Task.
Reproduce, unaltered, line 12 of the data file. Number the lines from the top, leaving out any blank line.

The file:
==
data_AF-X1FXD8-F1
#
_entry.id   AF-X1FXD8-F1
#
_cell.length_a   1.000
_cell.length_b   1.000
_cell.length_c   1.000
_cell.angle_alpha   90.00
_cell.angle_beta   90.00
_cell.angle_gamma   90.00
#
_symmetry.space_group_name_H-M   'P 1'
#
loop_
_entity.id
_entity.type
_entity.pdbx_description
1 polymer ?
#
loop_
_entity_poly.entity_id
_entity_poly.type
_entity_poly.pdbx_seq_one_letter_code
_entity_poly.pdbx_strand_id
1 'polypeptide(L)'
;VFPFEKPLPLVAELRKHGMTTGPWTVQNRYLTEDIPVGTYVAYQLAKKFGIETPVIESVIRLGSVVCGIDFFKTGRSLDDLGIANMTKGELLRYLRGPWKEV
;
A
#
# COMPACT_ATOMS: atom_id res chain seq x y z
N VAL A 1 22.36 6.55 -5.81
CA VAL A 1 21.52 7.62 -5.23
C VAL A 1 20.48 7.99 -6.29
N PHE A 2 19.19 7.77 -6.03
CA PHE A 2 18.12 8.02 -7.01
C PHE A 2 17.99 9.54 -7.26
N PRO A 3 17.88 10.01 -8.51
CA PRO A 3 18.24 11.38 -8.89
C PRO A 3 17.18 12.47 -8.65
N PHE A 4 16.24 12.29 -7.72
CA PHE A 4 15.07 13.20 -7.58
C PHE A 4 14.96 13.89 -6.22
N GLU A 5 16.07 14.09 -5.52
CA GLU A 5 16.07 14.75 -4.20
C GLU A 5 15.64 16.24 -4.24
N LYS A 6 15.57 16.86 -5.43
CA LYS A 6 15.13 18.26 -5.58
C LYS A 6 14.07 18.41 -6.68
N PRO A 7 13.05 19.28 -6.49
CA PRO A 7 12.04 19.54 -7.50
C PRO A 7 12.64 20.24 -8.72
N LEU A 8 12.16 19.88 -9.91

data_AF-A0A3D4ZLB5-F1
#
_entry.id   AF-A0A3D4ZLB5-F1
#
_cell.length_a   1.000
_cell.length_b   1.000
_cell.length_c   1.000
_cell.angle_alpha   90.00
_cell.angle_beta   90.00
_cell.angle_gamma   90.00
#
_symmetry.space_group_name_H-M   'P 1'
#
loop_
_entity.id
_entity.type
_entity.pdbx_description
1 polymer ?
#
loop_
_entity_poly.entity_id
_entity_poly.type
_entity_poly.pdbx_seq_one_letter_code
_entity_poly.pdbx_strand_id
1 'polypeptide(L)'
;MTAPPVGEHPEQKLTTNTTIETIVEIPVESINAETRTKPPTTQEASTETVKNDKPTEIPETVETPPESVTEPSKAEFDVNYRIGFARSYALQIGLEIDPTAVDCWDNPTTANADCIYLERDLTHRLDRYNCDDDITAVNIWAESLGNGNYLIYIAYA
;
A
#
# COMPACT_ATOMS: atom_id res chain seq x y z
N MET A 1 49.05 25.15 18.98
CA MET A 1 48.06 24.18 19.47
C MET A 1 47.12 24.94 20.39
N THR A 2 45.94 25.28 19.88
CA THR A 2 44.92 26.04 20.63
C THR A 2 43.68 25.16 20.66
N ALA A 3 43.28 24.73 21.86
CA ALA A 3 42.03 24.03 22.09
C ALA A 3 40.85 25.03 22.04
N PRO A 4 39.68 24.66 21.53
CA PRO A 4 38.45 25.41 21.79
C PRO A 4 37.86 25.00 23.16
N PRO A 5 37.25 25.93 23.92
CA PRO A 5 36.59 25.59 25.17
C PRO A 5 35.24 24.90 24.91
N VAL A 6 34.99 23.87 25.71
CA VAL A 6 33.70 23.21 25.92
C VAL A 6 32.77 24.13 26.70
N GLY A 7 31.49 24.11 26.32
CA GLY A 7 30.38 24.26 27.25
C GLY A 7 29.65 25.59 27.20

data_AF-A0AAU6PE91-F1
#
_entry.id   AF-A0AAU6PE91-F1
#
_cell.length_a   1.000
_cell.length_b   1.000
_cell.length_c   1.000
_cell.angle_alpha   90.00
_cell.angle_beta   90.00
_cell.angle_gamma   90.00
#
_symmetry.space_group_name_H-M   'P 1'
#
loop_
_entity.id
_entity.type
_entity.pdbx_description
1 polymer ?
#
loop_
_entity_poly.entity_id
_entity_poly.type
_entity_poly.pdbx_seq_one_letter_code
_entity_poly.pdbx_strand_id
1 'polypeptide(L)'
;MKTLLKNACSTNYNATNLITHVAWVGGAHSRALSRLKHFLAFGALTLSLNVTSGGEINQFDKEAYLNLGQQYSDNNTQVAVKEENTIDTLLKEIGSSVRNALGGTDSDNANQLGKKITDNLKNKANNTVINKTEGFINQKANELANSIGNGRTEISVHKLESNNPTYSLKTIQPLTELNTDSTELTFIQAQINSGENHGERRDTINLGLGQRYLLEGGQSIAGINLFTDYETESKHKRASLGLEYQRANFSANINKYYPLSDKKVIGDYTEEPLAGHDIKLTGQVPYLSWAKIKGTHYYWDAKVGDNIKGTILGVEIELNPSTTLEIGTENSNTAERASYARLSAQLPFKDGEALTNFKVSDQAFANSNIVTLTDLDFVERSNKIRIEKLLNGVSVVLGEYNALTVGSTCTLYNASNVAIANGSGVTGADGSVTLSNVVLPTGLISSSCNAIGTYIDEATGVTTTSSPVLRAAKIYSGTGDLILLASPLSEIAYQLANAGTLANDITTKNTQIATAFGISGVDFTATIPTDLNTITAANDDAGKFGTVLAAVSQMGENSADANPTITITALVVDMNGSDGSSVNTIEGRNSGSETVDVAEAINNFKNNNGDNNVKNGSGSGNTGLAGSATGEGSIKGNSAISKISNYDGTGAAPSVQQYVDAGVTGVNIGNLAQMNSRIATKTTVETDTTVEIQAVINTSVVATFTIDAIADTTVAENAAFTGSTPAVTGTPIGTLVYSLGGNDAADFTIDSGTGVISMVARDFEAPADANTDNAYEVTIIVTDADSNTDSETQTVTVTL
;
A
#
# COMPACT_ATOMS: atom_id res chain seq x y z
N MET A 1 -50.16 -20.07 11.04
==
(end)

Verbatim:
_symmetry.space_group_name_H-M   'P 1'